Nicola Holden Designs – Contemporary Interior Designer, London.

It’s more than a year since the Covid-19 pandemic hit, and in that time we’ve all had to adapt and drastically change the way we live and work.  We’re all spending a lot more time at home together – cooking, eating, working, learning and relaxing and many of these activities are taking place in the open-plan kitchen/living area.  Kitchens are still the absolute heart of the home, possibly more than ever before. However, we have also realised the need for spaces dedicated to working from home, with more of an emphasis on sanctuary and a push towards privacy too.  The open-plan concept doesn’t work particularly well if more than one person is working from home or if the kids are being noisy!

Refurbishing your kitchen is one of the biggest home investments you are likely to make, as well as one of the most disruptive.  And, once it’s in, that’s it.  The space can’t just be swapped around. So it’s important to get it right first time to avoid making expensive mistakes!  Flexibility in layout, and an emphasis on zoning is key, with space for eating, entertaining, kids’ homework or zoom calls all factored in.  Zoning ensures we don’t get under each other’s feet in this busiest of spaces.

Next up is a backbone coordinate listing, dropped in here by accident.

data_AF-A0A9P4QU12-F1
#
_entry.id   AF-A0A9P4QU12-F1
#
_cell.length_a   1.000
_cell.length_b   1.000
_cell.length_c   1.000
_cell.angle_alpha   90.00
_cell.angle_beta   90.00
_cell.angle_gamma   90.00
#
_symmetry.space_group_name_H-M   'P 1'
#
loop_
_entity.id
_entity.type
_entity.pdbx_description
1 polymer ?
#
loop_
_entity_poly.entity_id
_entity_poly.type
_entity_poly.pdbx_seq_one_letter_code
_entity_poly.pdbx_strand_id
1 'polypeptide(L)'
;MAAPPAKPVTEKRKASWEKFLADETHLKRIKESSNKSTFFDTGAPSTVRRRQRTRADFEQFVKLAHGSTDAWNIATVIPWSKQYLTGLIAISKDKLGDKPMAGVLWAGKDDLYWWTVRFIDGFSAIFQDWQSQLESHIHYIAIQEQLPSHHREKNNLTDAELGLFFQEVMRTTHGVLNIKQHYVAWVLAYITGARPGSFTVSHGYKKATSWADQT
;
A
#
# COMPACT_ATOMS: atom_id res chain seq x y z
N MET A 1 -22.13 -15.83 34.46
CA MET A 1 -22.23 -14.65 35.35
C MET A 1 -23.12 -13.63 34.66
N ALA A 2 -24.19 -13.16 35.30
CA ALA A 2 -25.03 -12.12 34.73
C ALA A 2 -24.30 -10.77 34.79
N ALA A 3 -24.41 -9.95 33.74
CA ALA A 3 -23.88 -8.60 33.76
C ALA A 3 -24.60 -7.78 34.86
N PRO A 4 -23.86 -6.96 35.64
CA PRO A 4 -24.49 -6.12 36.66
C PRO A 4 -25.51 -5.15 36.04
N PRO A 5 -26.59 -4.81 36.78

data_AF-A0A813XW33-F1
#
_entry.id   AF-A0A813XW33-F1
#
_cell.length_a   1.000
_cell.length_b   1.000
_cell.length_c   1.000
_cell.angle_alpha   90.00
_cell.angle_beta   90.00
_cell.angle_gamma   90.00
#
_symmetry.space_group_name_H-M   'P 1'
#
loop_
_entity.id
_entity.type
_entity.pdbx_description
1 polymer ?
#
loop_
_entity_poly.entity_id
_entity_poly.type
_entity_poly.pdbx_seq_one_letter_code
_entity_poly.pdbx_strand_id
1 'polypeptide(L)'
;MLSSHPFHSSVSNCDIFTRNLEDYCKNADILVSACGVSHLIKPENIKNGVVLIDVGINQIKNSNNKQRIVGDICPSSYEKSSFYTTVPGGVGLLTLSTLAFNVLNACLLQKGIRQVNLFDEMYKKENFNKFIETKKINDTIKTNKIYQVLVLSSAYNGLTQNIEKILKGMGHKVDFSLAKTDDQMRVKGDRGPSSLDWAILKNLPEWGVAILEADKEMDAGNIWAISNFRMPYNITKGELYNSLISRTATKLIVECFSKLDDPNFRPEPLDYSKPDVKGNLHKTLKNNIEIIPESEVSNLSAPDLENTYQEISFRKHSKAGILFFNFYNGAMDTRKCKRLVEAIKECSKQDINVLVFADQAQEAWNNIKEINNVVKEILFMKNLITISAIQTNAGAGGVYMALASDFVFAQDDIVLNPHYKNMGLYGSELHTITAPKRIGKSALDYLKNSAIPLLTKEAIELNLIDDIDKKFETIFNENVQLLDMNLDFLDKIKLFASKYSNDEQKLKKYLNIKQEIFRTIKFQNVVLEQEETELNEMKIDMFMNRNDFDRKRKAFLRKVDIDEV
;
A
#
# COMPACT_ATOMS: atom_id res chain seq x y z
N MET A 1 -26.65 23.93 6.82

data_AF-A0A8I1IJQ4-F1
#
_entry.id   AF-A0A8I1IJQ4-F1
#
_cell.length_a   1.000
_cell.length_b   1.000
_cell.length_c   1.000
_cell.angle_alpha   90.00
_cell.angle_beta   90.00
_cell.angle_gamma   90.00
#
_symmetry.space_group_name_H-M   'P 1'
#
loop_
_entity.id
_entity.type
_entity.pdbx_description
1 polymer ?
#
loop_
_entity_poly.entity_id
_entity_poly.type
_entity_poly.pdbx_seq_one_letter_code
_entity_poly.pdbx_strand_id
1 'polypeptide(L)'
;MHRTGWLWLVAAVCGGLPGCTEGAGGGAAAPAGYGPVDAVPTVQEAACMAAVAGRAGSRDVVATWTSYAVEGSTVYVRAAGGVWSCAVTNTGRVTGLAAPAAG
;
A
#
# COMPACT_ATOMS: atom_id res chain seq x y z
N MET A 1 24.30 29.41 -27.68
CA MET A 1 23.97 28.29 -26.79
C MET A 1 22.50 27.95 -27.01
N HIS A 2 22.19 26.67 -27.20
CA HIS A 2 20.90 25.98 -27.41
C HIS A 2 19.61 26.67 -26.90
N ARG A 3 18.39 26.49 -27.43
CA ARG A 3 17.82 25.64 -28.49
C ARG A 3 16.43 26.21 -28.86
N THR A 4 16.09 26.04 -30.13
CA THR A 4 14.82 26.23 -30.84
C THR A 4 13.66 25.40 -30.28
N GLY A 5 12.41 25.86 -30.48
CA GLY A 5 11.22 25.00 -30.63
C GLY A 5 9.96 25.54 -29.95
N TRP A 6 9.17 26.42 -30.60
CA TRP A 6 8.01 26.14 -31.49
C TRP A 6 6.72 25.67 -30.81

A successful kitchen is not about how spacious it is – a large, badly planned kitchen is far worse than a well-planned smaller one.  And when it comes to planning your kitchen, it’s important to understand how you use your kitchen.  In order to create an effective working environment, we need to ensure that the entire food operation, from storage to the preparation, and right through to the actual cooking, dishing up, and cleaning up afterwards is catered for as conveniently and effectively as possible.  The idea is to design a kitchen that will be easy and efficient to use, cutting down on wasted steps.  My background in engineering and process flow has been very handy when it comes to designing kitchens!

How To Zone Your Kitchen: Seven Tips To Create The Perfect Layout

Kitchens can be broken up into 6 main zones as follows:

1. Storage